By ratifying the Convention, the UK Government will be able to recognise our most important crafts and traditions in the same way as we have considered our physical heritage sites such as the Slate Landscape of Northwest Wales, the Castles and Town Walls of King Edward I, the Pontcysyllte Aqueduct and Canal, and the Blaenavon Industrial Landscape.

As intangible cultural heritage can only be considered as such when it is recognised by the communities, groups or individuals that create, maintain and share it, it will be these groups and people from across Wales who will be able to nominate their favourite traditions to be formally recognised.

Public consultation launched

A public consultation launched today will seek the public’s views on the UK Government’s proposed approach to implementing the Convention across the UK to safeguard valued traditions.

This will include the approach to how people will be able to nominate traditions, how they will be adjudicated, and any criteria that the nominated practices will need to meet before they are considered.

The UK Government has been working closely with the Devolved Administrations, the Crown Dependencies and Overseas Territories in the run up to this decision and will continue to do so in order to implement the Convention and collate the UK-wide inventory, which is expected to launch for nominations next year.


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Mandi A
Mandi A
2 months ago

Opening a window to set the soul of the departed free…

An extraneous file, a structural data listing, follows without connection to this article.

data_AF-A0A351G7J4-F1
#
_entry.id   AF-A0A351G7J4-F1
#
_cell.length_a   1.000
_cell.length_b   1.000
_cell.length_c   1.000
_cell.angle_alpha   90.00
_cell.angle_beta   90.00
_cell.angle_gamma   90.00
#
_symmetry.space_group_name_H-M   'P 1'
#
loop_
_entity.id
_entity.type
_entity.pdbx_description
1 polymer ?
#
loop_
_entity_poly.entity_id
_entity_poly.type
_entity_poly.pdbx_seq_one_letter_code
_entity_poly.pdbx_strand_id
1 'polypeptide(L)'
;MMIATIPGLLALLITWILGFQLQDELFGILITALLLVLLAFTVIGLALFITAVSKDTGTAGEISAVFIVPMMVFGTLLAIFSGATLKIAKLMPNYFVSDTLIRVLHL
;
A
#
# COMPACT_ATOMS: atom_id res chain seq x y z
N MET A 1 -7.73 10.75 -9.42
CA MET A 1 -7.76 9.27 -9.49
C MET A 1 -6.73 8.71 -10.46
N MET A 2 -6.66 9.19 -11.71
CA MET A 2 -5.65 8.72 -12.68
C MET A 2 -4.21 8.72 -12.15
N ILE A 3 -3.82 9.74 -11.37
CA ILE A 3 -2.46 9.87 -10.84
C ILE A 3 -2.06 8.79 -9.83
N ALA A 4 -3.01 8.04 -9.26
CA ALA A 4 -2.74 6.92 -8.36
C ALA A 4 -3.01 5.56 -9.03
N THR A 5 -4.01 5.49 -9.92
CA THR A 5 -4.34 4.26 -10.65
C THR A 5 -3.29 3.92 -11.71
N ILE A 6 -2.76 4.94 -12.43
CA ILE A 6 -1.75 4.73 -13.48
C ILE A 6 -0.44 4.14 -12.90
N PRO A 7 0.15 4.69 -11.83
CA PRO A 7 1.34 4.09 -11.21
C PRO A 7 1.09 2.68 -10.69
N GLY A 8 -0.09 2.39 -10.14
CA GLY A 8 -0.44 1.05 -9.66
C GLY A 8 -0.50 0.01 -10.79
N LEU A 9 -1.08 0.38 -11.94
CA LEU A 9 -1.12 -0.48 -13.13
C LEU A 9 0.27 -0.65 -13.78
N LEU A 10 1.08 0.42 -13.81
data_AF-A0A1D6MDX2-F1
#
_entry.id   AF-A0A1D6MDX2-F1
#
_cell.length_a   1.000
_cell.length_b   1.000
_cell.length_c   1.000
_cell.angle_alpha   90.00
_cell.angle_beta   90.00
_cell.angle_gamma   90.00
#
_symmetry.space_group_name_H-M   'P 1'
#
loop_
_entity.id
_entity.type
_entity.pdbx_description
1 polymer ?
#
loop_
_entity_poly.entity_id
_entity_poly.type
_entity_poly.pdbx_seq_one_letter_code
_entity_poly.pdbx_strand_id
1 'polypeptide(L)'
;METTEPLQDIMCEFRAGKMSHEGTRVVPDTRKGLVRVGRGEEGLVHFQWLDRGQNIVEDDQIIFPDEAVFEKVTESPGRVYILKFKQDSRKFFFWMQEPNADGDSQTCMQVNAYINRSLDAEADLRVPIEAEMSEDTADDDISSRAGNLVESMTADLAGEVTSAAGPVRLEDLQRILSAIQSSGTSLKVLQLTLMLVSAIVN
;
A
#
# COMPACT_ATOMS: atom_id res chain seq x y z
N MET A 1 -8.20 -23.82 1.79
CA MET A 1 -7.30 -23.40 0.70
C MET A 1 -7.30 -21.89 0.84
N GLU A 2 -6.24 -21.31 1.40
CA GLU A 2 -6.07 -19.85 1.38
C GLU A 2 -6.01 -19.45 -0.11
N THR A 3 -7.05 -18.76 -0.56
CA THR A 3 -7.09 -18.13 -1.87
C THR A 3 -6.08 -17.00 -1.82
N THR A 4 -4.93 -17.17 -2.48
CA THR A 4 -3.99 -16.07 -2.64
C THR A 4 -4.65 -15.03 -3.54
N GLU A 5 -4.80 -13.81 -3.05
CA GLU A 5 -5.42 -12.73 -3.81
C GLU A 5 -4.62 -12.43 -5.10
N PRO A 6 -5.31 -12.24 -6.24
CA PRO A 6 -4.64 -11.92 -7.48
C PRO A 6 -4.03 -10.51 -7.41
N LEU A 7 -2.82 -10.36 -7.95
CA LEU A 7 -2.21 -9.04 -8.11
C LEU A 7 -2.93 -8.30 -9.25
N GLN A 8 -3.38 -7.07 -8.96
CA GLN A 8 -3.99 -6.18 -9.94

Steve Woods
Steve Woods
2 months ago

I hope the English list their hypocrisy and duplicity as intangible cultural assets.

Riki
Riki
2 months ago

British! Or Cymric! The term Welsh was an English invention so they could call themselves British at our expense. British comes from Briton, which is the latin take on Prydain. The ancient and native name of OUR Island.

Rhufawn Jones
Rhufawn Jones
2 months ago
Reply to  Riki

Exactly. Cultural appropriation of the highest order – to justify their usurpery.

Riki
Riki
2 months ago
Reply to  Rhufawn Jones

Yeah, and the amount of people who don’t realise it, or even care is the very reason why Wales is in the state it is. The more people who know who we, as a people truly are, the better.

Last edited 2 months ago by Riki
Annibendod
Annibendod
2 months ago
Reply to  Riki

The Angles, Saxons and Jutes added surprisingly little to Britain’s gene pool. The English are very much descended from the Romano-British as much as we. The differences between us are cultural. Cymreictod is a culture and a way of life. You don’t have to have the “right blood” to be a Cymro.

Mandi A
Mandi A
2 months ago
Reply to  Riki

Goidel is not so great either, means “the thieves”. Hope we all rub along better in 2024.

Jeff
Jeff
2 months ago

From a government that told the Greek PM to get lost with regards what the UK stole.
Never take this governments proclamations at face value when they say they are doing something for us.

Gareth
Gareth
2 months ago

To show that they are serious, the first thing the UK Gov should do, is, issue an apology to the Celtic nations, for the hundreds of years spent trying to destroy their cultures and languages, and then, return all stolen artifacts, books, manuscripts etc to said countries. Then we can begin take them seriously, and maybe join in with this scheme.

Rhufawn Jones
Rhufawn Jones
2 months ago

“Ac yn yr amgueddfa gyda’r cloc / Fydd y Gymraeg a’i gogoniannau, toc.”